Visitors coming into the museum are greeted by an Inuksuk by Adam Noah Alorut. These are one of the most recognizable symbols of the Canadian Arctic. The plural of inuksuk is inuksuit, which means “acting in the capacity of a human”. These manmade rock formations have been created for over 2000 years and are an important survival tool in the Arctic environment, where natural, easily distinguishable landmarks can be few and far between.
“Inuksuk” (2011) by Adam Noah Alorut from Saniarjak (Hall Beach), stone, MIA Collection
We often hear the comment that visitors have seen these stone structures around. Whether by the side of the road, or on top of a hill, inuksuit seem to pop up everywhere. When I was looking into inuksuit, it was interesting to find out that there are actually several types of stone structures.
Director David Harris and Educational Coordinator Alysa Procida in front of a large inuksuk in the centre of Kangirqliniq (Rankin Inlet)
The innunguaq means “in the likeness of a human” and is a stone structure that resembles the form of a human. These are easily recognizable because of their characteristic “legs” and “arms” that give them the human-like shape. Interestingly enough, innunguaq are not actually considered inuksuit because they do not serve as a functional tool.
There are a variety of categories of inuksuit and they are divided by their intended purpose. For example, a tunillarvik, which is characteristically defined by having one large upright stone among a variety of little ones, is used to provide healing and protection to those that venerate it.
The nalunaikkutaaq is a stone structure that means “deconfuser”. It is often in the shape of a single upright stone standing on end and is used to remind its builder of a variety of things, like where he cached his summer equipment, for instance.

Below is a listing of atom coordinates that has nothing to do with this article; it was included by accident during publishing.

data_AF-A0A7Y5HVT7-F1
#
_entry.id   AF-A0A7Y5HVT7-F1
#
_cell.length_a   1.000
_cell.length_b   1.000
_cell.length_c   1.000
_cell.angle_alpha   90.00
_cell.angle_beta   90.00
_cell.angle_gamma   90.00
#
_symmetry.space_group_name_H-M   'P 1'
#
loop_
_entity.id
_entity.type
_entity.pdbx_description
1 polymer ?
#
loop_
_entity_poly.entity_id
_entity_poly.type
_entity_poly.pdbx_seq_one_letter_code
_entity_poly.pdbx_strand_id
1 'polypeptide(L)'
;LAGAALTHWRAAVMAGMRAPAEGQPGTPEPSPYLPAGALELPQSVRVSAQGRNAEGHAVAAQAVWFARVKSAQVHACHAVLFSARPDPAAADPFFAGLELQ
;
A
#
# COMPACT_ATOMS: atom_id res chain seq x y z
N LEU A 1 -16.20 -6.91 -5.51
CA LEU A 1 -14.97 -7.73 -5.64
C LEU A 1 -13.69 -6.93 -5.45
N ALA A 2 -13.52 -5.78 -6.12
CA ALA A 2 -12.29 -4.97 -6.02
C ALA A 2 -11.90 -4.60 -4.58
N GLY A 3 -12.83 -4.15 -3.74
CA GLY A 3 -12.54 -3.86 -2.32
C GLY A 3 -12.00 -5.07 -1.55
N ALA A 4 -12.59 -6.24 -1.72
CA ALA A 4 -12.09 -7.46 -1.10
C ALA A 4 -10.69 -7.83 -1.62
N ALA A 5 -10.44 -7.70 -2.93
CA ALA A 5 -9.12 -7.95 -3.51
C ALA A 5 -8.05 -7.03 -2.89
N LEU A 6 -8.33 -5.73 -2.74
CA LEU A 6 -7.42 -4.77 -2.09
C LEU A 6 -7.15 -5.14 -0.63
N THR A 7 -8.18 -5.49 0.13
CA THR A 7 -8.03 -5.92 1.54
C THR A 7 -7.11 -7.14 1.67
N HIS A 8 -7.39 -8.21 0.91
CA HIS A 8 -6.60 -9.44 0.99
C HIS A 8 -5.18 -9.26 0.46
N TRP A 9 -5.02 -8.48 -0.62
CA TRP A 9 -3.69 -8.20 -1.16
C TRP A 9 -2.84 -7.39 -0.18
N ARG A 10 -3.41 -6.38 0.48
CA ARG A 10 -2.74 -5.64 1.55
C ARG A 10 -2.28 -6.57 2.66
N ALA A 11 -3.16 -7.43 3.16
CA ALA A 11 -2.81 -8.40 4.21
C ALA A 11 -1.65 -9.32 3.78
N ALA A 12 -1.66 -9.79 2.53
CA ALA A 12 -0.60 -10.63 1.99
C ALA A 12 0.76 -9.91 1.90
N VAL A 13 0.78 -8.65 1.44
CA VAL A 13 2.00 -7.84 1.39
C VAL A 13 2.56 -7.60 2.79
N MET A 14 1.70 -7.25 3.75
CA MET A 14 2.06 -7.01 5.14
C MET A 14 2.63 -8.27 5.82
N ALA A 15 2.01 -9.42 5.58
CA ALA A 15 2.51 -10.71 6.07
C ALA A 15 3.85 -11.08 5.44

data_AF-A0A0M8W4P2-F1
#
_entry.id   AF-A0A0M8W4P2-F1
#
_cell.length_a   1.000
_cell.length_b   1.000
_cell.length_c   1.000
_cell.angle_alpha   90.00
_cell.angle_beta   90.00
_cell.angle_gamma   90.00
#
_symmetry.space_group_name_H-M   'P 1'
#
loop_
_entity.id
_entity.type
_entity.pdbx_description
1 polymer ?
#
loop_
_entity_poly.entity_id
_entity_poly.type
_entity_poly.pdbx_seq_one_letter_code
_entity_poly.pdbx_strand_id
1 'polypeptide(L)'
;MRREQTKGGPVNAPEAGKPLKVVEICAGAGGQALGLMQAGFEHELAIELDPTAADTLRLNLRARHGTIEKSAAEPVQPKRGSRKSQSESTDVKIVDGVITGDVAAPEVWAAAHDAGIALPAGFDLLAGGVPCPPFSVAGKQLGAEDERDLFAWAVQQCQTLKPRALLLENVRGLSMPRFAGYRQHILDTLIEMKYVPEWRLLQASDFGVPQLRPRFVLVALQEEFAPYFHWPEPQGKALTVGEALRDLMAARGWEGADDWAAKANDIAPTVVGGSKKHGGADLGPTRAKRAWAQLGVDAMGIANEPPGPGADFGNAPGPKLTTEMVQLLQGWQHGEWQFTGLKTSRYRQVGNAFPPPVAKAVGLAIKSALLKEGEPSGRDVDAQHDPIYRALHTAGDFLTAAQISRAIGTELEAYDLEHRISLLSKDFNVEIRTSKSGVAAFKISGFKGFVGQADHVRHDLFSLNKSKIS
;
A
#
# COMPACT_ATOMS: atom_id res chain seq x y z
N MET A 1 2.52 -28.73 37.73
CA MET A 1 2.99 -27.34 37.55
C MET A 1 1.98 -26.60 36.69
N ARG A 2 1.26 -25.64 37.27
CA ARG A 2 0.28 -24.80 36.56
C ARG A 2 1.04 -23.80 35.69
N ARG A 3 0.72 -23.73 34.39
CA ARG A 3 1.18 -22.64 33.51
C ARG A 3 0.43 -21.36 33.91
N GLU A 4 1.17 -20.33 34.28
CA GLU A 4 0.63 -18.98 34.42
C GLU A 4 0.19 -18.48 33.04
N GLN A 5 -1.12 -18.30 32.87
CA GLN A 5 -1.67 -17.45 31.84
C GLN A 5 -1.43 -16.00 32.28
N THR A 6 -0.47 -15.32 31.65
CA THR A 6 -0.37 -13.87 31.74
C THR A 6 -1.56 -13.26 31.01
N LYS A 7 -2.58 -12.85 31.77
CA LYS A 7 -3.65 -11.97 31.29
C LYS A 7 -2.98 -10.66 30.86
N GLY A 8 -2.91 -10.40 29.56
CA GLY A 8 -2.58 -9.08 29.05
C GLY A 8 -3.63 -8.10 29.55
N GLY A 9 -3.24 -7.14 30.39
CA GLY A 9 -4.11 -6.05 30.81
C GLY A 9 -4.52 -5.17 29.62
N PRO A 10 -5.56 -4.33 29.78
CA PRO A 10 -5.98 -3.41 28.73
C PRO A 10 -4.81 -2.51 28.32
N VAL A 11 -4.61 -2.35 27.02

A tikkuuti is a pointer. These can be made in different sizes and shapes, suck as a triangular rock lying flat on the ground or a simple arrangement of rocks places in a straight line.
An inuksummarik or an inuksukjuaq, are often rounded boulders placed to form the shape of a pyramid and noted for being larger than average size. These are used as directional aids.
Within these categories, inuksuit can get pretty specific. For example, a niungvaliruluit is an inuksuk in the shape of a window which is used for sighting and aligning. Sometimes, you can see the next place marker within the frame of the niungvaliruluit or the destination itself. Even though it has its own name, because it is a directional aide, it belongs to the inuksukjuaq category of inuksuit.
For more information about these stone structures, you can check out the book Inuksuit: Silent Messengers of the Arctic by Norman Hallendy that we have available at the front desk. Next time you see an inuksuk in the great outdoors, or in our museum, you can now know its intended purpose, since they are all so different!
Posted by Karolina Tomaszewska, MIA’s Development Officer